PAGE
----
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Will birds be in danger when more windfarms are built?

It’s an important question on the Yorkshire coast, where over 500 wind turbines are situated offshore and a further 800 are under construction or planned. All are located on what is a major route for birds migrating to and from northern Europe as well as fishing grounds for seabirds like gannets, kittiwakes, guillemots, razorbills and puffins which nest on the chalk cliffs at Bempton and Flamborough.

With his characteristic rhetorical flourish, in 2013 Boris Johnson described wind farms as “moaning seagull slicers”. Last month, though, he pledged that within the next decade the number of offshore turbines will increase to such an extent that they will generate enough electricity to power every UK home.

That raised several questions from the commentariat, and not just what the prime minister has against seagulls. But if he is right, will a lot more seagulls and other birds really be imperilled by his conversion to the merits of green energy?

It’s an important question on the Yorkshire coast, where over 500 wind turbines are situated offshore and a further 800 are under construction or planned. All are located on what is a major route for birds migrating to and from northern Europe as well as fishing grounds for seabirds like gannets, kittiwakes, guillemots, razorbills and puffins which nest on the chalk cliffs at Bempton and Flamborough.

So how dangerous are wind farms for birds? A few years ago, a Spanish study involving daily inspections over three years at 250 turbines near Gibraltar found 596 dead birds, around a third of which were birds of prey.

However, other studies in the US... more [truncated due to possible copyright]  

With his characteristic rhetorical flourish, in 2013 Boris Johnson described wind farms as “moaning seagull slicers”. Last month, though, he pledged that within the next decade the number of offshore turbines will increase to such an extent that they will generate enough electricity to power every UK home.

That raised several questions from the commentariat, and not just what the prime minister has against seagulls. But if he is right, will a lot more seagulls and other birds really be imperilled by his conversion to the merits of green energy?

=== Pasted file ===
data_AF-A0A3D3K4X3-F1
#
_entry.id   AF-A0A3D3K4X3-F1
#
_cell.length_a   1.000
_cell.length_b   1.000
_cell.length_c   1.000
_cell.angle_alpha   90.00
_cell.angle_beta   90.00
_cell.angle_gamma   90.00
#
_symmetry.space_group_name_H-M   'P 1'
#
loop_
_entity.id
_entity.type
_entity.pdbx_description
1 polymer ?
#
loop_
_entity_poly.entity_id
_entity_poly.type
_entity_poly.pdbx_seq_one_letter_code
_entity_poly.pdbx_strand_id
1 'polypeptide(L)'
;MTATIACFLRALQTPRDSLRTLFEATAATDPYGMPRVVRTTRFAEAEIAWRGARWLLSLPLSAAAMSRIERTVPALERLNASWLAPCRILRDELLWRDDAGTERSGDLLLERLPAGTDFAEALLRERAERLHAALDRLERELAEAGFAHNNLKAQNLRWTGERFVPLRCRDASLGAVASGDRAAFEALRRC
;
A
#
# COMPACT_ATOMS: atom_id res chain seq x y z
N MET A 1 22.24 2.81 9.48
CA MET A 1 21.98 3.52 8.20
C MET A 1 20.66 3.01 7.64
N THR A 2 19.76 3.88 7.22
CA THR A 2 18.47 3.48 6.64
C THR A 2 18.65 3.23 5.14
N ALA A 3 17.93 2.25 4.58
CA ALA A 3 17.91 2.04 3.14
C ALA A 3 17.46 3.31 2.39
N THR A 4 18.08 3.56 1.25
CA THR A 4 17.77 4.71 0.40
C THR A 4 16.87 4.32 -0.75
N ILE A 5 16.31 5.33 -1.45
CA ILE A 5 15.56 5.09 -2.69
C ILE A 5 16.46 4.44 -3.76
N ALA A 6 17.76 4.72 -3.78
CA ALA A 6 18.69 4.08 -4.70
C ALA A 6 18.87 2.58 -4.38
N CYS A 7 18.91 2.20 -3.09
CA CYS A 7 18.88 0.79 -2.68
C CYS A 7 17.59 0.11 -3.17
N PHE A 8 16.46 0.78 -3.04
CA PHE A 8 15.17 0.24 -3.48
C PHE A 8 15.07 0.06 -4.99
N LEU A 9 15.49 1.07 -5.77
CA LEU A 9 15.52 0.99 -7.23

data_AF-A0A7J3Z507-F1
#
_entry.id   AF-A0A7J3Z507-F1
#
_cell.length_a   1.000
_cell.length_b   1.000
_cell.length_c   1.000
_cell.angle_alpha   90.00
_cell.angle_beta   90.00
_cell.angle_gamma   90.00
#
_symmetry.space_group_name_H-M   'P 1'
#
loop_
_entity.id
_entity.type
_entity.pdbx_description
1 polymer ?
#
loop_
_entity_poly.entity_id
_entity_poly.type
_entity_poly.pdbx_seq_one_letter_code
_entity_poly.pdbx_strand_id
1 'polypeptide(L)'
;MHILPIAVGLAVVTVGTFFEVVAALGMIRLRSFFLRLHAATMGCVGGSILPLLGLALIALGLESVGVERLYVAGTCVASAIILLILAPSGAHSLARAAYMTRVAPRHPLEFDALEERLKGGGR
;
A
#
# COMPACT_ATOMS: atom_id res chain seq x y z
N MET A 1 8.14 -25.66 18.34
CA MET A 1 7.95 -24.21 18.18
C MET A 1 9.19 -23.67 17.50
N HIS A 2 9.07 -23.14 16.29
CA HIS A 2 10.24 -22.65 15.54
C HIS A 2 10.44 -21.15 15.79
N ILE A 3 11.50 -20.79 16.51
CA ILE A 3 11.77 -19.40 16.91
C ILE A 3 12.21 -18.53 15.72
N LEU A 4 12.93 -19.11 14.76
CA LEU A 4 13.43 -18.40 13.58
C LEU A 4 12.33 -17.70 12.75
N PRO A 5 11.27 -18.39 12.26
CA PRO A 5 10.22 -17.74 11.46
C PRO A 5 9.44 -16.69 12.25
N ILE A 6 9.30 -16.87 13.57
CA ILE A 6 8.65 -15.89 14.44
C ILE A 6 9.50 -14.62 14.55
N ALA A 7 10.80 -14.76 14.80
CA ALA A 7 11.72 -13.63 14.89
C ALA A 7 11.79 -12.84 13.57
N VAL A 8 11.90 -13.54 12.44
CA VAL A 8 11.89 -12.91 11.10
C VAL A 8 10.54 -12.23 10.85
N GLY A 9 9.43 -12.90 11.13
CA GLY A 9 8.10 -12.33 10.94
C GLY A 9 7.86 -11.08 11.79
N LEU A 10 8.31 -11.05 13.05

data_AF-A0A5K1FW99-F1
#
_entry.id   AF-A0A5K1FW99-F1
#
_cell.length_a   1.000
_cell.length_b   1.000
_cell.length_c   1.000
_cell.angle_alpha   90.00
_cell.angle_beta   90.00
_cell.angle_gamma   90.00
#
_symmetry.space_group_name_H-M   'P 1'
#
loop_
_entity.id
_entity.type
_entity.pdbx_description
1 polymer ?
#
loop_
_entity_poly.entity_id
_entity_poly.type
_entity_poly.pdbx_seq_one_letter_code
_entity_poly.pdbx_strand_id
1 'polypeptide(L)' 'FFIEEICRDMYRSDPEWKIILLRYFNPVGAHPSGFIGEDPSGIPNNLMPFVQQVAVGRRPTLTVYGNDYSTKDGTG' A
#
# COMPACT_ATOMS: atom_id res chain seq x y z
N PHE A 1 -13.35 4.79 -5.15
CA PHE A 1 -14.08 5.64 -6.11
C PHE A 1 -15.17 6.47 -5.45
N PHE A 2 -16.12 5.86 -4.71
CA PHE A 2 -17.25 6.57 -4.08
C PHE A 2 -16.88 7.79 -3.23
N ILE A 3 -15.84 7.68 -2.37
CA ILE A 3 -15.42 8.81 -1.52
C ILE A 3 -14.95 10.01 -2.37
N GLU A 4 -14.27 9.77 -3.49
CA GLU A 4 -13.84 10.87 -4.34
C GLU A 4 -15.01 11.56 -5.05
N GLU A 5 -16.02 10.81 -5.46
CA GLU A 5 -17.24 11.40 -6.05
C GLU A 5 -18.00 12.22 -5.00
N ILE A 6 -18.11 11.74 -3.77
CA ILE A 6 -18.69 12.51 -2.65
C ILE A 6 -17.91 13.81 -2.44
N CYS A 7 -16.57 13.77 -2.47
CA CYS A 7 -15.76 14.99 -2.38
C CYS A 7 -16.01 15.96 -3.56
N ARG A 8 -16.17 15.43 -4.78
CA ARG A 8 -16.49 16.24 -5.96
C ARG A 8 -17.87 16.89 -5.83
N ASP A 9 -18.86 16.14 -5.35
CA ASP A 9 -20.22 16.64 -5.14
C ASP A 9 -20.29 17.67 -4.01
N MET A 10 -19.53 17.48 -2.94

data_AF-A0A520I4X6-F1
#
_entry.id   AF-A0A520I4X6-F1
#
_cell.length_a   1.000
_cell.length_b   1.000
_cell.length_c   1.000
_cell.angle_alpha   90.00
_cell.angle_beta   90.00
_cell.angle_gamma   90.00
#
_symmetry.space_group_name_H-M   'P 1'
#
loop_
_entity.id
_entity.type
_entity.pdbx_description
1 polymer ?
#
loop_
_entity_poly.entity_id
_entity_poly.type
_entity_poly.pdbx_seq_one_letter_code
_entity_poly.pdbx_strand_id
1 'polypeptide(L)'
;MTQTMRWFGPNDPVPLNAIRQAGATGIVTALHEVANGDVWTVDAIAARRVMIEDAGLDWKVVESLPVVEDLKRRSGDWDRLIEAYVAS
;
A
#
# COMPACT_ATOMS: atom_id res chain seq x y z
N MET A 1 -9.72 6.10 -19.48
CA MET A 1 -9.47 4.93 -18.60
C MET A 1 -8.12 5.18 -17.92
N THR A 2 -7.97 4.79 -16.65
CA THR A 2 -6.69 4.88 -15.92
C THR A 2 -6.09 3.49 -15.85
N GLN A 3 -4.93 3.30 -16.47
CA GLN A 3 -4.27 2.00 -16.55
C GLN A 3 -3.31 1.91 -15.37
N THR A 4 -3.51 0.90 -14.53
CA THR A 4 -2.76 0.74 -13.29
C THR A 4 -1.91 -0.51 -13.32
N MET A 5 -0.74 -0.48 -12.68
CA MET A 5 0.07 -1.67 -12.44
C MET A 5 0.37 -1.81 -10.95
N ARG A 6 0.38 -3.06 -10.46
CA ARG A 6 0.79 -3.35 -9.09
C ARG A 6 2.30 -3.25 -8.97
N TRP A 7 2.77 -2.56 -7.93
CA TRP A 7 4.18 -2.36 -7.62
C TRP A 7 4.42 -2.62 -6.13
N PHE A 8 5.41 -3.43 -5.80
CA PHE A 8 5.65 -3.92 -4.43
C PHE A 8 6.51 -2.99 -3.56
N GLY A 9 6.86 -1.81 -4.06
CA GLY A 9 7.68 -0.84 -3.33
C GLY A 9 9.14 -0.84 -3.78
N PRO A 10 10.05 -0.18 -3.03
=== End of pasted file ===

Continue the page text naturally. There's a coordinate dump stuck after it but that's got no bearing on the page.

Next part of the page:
It’s an important question on the Yorkshire coast, where over 500 wind turbines are situated offshore and a further 800 are under construction or planned. All are located on what is a major route for birds migrating to and from northern Europe as well as fishing grounds for seabirds like gannets, kittiwakes, guillemots, razorbills and puffins which nest on the chalk cliffs at Bempton and Flamborough.

So how dangerous are wind farms for birds? A few years ago, a Spanish study involving daily inspections over three years at 250 turbines near Gibraltar found 596 dead birds, around a third of which were birds of prey.

However, other studies in the US and Canada concluded that wind turbines are much less of an overall threat to bird life than domestic cats.

The president of the conservation group Save the Eagles International, Mark Duchamp, claims that the average turbine kills between 333 and 1,000 birds and alleges a massive conspiracy by wind power companies to hide the true mortality rate.

Interestingly, a study by the Norwegian Institute for Nature Research came up with a new twist on the controversy. If turbine blades are painted black they reduce bird mortality by 70 per cent.

This was trialled at a wind farm on the island of Smøla, which found that large birds of prey like the white- tailed eagle - currently being reintroduced to the Isle of Wight 240 years after they became extinct as a breed species in England – benefitted from this the most.

If black blades save more birds, seagulls or otherwise, that’s great. But although turbines are getting bigger – the latest ones are nearly as tall as the Eiffel Tower – a lot of bird migration is at a higher altitude.

Some years ago the pilot of a passenger aircraft was surprised to see a flock of whooper swans heading to the UK at a height of 8,000 feet.

In autumn a huge number of redwings make the 500- mile flight over the North Sea from Scandinavia, and hearing their “seep- seep” from the night sky as they pass over UK towns and cities is an absolute joy. Despite running the gauntlet of all those turbines, though, last year brought the biggest influx I can remember.

The RSPB scrutinises every wind farm application, and has so far objected to just six per cent of them.

But it calls for more monitoring, adding: “Policies and practices need to be adaptable as we learn more about the impacts of wind farms on birds.”


Source: https://www.pressreader.com...

NOV 25 2020
https://www.windaction.org/posts/51939-will-birds-be-in-danger-when-more-windfarms-are-built
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